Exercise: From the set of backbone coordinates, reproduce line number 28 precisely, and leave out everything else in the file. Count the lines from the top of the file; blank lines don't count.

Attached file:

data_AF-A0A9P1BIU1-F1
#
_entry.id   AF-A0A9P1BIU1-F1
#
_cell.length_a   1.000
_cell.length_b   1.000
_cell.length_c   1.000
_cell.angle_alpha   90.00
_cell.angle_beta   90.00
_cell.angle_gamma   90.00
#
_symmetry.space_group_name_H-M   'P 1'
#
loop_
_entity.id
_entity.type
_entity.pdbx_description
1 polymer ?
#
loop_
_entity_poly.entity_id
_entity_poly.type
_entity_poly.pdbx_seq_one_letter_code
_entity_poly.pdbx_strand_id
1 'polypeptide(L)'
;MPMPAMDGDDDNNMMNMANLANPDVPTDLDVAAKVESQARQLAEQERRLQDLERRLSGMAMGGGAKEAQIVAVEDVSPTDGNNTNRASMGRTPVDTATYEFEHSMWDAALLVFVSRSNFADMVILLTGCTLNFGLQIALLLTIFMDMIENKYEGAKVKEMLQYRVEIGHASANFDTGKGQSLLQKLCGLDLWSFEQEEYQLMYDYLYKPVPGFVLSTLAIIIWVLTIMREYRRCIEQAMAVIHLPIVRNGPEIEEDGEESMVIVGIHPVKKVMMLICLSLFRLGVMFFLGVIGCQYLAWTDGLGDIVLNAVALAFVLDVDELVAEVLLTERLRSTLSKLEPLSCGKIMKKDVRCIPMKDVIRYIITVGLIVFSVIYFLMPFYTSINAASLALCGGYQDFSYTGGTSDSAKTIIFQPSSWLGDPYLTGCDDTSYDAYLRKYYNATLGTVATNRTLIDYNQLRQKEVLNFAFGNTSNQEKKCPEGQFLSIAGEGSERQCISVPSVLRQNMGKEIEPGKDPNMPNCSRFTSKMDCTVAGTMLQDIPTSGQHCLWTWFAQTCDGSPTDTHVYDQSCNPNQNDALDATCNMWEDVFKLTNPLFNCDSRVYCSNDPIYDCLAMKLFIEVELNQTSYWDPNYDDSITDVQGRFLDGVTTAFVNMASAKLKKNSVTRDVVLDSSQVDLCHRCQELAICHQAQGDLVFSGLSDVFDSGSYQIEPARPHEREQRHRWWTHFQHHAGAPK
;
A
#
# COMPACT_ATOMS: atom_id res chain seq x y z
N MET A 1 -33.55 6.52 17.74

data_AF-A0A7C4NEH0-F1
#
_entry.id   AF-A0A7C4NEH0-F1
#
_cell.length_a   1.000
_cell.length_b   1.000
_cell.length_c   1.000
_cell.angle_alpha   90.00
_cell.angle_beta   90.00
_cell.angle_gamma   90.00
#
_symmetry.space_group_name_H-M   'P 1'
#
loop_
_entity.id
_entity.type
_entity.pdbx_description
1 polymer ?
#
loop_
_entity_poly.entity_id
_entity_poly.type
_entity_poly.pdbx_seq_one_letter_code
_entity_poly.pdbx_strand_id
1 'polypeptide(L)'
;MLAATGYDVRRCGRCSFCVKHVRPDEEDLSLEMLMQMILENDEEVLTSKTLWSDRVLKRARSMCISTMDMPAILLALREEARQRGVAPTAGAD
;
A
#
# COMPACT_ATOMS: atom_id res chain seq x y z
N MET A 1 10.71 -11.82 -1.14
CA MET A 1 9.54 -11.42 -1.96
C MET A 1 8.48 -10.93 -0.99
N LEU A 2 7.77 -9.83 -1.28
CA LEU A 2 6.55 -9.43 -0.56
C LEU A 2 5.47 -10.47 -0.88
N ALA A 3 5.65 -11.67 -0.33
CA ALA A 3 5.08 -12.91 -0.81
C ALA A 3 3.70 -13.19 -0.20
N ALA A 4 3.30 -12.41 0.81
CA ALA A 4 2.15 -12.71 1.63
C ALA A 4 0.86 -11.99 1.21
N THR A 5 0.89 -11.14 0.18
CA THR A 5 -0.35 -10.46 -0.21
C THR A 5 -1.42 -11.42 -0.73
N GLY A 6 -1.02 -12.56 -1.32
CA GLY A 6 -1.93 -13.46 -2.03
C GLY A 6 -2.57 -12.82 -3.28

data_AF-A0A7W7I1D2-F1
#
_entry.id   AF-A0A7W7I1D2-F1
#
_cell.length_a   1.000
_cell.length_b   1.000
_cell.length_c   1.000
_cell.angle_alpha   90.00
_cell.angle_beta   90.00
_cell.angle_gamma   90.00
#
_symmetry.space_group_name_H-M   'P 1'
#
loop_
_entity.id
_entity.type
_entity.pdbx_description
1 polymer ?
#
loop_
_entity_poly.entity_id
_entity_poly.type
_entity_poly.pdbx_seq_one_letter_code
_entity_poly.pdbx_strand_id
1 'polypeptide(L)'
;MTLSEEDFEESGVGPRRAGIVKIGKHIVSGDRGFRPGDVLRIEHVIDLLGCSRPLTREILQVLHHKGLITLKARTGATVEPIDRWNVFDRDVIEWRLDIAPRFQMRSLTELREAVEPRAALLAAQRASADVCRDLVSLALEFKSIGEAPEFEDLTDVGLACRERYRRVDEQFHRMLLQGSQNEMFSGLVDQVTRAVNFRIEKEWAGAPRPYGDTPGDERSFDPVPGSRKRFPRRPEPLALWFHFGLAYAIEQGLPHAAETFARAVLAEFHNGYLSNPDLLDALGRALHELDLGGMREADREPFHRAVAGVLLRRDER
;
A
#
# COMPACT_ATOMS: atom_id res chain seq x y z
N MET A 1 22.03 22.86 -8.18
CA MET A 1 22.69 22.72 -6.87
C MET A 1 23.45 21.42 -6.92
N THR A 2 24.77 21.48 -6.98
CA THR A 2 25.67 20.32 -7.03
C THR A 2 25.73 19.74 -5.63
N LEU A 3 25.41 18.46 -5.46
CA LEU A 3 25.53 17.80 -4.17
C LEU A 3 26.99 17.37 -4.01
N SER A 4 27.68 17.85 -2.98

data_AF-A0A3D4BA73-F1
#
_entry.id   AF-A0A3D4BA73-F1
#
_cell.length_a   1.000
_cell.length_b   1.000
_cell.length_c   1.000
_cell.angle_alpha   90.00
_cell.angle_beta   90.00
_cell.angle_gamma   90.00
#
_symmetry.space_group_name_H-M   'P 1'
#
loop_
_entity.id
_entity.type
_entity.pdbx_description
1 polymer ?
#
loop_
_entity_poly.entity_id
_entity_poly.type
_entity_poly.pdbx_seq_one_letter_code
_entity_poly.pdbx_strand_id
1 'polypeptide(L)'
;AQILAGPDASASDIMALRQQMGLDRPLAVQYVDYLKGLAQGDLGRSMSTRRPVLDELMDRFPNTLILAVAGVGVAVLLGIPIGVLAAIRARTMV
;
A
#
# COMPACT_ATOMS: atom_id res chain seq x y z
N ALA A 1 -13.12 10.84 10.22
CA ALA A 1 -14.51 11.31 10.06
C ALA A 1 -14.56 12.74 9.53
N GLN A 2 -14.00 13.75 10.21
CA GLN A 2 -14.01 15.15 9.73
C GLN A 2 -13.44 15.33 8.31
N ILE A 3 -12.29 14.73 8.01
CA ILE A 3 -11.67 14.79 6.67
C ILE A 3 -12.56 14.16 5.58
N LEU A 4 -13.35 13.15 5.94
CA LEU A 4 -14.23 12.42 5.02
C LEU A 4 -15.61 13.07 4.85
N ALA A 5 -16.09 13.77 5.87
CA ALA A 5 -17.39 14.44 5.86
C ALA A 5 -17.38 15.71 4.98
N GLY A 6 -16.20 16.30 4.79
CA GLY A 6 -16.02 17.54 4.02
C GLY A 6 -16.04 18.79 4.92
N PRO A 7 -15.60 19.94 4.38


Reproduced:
A